And it’s true: given the bits, I needn’t have bought the books. All that Internet chatter, not to mention blue-chip reviews, did adequately serve to explain the authors’ main preoccupations to me (with many less words and much less effort). But, stuck in the logic of their own publishing compromise, because these scholars have chosen to write in more accessible styles, there was not, for me, lady Professor, that special surplus accrued when reading a book-size effort because they had filtered out complexity (the pleasure of the grueling, careful, hard, long idea). And, I’ll be honest, the longer the Internet is around, the harder it becomes for me to focus upon a book (or anything) without some payoff: a really hard new idea, a place of my own to work them out and share. By writing about stimulating books that I read here, that payoff is not the number of readers, but it is the pleasure of my own original expression situated, as it may be, I hope, within a community of sympathetic thinkers.

Balsamo explains: “For humanists, the book remains the privileged signifier of academic credibility. Curiously, the value of the book as a testimony to scholarly trustworthiness isn’t due to the size of the audience it reaches immediately … Rather, its value is tied to its particular affordances that allow for the expression of complex explanations of abstract ideas and of critical analyses of particular texts, applications, and situations.”

As blog writers and readers, and book writers and readers, and members of Internet culture all, we are somehow, suddenly it seems, asked to take account of all our efforts, big and small. To do so is exhausting, and confusing, and sometimes nearly nonsensical, what with all reading and writing and publishing systems being currently in disarray, but I’d say, in the long run, this might be edifying if not productive. There will be no one size fits all model for any scholarly author, project, or audience. And just as has been painfully true for many of us mediamakers (once the government no longer helped out with independent and artistic forms and when the Internet allowed us new ways to move our output), scholarly writers will now have to think through not just our big ideas, but also a funding and distribution strategy for our every effort: we’ll have to design our own publishing culture (with the help of innovative presses … and soft money).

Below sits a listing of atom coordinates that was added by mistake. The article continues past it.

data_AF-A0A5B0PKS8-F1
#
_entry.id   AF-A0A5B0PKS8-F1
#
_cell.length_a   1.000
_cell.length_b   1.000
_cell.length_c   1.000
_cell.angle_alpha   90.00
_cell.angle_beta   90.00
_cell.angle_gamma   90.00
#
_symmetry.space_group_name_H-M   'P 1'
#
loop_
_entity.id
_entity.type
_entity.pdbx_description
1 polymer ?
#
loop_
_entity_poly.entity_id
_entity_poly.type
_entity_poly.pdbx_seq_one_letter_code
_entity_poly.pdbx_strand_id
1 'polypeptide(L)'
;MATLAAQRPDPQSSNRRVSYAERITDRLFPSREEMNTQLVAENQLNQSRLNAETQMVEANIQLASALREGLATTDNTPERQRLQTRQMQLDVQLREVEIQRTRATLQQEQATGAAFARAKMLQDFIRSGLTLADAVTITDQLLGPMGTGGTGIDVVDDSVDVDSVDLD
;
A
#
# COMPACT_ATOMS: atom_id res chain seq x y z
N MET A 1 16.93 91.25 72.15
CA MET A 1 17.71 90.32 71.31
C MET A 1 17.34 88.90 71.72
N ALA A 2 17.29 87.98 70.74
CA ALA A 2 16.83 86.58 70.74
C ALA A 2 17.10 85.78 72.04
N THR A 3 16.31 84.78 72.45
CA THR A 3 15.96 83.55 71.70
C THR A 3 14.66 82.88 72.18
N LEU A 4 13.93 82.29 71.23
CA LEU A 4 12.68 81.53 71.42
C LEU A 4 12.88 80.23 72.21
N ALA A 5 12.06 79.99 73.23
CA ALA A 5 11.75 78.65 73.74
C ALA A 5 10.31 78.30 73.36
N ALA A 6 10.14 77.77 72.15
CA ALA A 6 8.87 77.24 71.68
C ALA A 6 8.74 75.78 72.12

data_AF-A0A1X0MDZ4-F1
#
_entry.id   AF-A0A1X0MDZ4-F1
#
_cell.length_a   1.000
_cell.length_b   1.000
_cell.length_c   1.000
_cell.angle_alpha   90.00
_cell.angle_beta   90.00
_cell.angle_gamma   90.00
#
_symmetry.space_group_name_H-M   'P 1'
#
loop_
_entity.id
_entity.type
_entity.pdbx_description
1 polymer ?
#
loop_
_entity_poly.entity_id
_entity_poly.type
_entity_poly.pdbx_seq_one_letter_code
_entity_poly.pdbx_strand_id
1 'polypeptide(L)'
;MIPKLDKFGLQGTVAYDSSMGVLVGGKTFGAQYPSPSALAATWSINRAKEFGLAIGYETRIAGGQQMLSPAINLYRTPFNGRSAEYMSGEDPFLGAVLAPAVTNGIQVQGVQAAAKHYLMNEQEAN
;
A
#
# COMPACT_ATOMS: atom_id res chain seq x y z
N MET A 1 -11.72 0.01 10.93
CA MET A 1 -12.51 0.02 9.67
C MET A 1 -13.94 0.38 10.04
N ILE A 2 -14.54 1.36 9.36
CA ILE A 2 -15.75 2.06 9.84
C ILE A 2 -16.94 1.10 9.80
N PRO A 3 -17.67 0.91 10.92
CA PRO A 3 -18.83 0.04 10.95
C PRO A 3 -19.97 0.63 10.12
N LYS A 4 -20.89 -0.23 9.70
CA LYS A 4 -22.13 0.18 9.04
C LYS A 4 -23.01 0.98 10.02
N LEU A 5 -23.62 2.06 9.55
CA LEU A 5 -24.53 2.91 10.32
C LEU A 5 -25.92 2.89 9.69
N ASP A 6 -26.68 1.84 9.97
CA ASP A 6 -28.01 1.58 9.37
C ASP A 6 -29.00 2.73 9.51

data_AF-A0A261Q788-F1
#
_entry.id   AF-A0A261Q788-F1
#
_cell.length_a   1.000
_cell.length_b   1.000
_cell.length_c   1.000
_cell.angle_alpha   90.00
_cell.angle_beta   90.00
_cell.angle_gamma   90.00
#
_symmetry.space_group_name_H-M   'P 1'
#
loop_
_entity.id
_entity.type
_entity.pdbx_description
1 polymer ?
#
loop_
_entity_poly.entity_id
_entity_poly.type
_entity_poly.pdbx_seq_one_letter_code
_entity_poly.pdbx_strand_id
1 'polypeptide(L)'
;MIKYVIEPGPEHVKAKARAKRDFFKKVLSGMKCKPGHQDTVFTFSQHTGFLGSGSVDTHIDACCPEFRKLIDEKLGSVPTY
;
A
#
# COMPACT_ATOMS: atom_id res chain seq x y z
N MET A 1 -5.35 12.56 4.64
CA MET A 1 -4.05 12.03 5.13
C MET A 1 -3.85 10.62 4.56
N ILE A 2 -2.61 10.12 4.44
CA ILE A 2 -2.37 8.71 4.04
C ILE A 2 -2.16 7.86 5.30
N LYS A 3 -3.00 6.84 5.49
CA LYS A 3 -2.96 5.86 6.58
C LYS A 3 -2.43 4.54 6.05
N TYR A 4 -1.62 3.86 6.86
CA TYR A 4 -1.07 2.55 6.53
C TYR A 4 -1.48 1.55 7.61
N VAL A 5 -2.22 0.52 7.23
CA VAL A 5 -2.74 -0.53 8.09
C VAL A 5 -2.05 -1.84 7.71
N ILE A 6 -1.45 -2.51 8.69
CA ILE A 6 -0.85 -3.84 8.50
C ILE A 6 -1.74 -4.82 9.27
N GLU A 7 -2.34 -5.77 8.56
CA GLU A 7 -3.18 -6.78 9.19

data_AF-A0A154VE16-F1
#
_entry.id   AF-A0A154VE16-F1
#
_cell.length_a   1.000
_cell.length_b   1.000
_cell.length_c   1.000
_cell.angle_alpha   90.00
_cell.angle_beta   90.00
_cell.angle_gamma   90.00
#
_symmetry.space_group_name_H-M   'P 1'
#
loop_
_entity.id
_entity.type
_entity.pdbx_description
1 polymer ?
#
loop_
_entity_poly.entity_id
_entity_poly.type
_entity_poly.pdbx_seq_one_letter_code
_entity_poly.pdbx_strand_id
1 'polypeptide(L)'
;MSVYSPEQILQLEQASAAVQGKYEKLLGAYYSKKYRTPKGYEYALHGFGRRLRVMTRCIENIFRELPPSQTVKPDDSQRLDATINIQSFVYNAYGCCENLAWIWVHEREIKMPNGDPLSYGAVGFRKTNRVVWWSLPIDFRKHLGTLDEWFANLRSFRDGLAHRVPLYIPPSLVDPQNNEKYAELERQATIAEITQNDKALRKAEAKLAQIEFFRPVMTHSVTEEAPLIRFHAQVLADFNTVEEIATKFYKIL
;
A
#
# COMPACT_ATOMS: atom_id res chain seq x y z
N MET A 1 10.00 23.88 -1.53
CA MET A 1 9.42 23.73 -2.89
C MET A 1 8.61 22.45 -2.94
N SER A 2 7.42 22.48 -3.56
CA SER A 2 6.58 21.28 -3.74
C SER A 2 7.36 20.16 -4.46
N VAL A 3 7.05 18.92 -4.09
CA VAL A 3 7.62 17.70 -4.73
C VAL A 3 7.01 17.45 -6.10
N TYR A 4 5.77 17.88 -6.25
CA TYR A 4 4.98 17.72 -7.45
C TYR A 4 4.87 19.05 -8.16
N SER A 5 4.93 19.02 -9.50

<p><a href=”http://vimeo.com/26987589″>Designing Culture: the Technological Imagination at Work</a> from <a href=”http://vimeo.com/user7911734″>Anne Balsamo</a> on <a href=”http://vimeo.com”>Vimeo</a&gt;.</p>

The upside is complex, tailor-made, multi-modal things, like Balsamo’s, which are best suited for the complex aims of her specific project: “transformative research that is designed to explore new possibilities and new social arrangements.” By writing about the process as well as outcomes of a “hermeneutic reverse engineering” that takes into account who makes things, how and why, and then engineering the best home for these words, Designing Culture is not a book at all, but rather a “transmedia project realized as a print book, a dvd, and an interactive flash website” with a blog, videos, and web-based experiences of the exhibits, interactive wall books and applications that Balsamo discusses designing in the book.

The down-side, another up-side: to succeed in this new writing and reading order, we have to not only know our tiny piece of the intellectual pie, but also its pan, oven, and who grew the berries and under what conditions. We need to think about where and by whom it will be eaten, how much to sell it for, and how hot and even sweet it needs to be. That’s the really hard but really good work: to understand that “technological innovations have cultural consequences,” according to Balsamo.